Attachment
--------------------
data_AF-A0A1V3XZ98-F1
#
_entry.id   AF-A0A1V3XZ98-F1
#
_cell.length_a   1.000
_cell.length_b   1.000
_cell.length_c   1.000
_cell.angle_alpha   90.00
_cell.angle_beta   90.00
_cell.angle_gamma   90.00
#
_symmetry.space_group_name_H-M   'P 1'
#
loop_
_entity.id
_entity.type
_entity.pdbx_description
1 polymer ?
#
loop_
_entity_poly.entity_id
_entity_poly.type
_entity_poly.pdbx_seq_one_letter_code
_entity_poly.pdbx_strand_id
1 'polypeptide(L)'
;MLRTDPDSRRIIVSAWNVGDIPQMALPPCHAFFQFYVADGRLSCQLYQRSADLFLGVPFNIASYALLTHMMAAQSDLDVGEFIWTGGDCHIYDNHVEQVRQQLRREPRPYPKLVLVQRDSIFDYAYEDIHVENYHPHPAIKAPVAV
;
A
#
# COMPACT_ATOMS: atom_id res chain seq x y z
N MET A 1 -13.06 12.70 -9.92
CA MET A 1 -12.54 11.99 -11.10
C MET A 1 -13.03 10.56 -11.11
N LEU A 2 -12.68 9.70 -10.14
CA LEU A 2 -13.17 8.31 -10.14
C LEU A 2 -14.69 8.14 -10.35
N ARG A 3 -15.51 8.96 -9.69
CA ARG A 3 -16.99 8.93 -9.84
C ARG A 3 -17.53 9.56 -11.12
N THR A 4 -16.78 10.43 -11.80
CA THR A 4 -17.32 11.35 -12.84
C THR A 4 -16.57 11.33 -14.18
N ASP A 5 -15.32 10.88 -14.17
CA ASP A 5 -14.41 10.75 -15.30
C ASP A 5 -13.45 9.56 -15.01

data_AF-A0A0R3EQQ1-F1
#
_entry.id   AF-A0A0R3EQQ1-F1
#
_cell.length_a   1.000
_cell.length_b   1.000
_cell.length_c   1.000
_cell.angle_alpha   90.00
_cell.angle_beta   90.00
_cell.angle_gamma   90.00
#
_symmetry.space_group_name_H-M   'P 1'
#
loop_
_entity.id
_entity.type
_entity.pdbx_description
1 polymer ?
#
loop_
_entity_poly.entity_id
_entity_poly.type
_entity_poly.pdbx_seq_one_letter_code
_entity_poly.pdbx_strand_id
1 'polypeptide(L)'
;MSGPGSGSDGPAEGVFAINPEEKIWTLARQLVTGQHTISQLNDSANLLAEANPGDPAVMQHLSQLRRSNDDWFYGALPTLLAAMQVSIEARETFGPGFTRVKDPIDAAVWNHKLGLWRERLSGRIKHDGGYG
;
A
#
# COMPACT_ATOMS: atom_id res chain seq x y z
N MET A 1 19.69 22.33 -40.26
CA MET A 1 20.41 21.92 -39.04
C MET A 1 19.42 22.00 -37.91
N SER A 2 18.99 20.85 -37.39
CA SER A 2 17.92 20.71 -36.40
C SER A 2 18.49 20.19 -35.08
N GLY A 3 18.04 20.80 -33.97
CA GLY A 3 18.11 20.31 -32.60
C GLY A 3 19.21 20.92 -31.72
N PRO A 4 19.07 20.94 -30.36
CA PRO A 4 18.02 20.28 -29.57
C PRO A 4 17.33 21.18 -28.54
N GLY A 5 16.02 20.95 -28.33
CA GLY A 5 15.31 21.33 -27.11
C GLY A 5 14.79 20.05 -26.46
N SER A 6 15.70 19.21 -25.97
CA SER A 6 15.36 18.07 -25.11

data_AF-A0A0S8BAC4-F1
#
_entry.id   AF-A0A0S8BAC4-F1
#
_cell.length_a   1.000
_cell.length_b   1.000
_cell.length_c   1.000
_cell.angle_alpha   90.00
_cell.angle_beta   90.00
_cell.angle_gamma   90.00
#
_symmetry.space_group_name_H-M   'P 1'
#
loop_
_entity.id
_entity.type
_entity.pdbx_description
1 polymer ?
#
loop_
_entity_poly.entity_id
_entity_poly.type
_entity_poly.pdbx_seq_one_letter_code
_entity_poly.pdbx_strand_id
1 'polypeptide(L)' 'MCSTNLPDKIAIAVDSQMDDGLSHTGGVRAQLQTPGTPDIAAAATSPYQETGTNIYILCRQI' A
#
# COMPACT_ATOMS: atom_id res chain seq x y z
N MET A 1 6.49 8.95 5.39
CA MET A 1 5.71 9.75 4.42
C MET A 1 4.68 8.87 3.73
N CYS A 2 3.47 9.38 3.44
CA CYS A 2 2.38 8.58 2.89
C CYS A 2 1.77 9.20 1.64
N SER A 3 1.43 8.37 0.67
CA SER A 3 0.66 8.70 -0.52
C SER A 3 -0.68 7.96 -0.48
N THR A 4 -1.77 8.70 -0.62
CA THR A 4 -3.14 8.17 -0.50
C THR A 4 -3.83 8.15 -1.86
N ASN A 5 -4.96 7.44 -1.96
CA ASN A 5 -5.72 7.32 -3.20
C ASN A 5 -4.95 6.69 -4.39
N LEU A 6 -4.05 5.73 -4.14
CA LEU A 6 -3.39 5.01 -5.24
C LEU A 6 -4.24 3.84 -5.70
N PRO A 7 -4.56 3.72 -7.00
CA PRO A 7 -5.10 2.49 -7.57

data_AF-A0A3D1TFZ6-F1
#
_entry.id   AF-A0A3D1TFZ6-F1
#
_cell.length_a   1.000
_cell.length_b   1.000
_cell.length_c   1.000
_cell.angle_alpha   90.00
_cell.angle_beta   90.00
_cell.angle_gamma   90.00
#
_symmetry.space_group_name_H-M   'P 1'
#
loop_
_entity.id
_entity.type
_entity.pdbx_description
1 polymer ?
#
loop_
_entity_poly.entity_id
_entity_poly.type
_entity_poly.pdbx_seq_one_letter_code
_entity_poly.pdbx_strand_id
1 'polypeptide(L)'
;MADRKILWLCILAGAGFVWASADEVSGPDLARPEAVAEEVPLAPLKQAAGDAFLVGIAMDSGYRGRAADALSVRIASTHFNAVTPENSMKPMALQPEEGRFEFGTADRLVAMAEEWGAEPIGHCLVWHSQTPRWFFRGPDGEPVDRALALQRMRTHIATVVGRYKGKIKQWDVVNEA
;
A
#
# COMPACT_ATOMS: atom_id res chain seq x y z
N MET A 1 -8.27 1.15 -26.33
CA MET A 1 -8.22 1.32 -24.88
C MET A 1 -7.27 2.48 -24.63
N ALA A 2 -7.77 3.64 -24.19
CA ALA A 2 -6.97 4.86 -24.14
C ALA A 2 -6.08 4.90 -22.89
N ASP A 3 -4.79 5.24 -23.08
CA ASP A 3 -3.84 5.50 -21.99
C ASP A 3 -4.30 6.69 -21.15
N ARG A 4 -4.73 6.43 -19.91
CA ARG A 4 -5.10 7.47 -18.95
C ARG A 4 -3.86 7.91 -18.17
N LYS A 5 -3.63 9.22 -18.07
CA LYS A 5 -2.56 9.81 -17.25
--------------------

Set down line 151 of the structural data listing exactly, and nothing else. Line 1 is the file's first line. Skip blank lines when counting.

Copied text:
_symmetry.space_group_name_H-M   'P 1'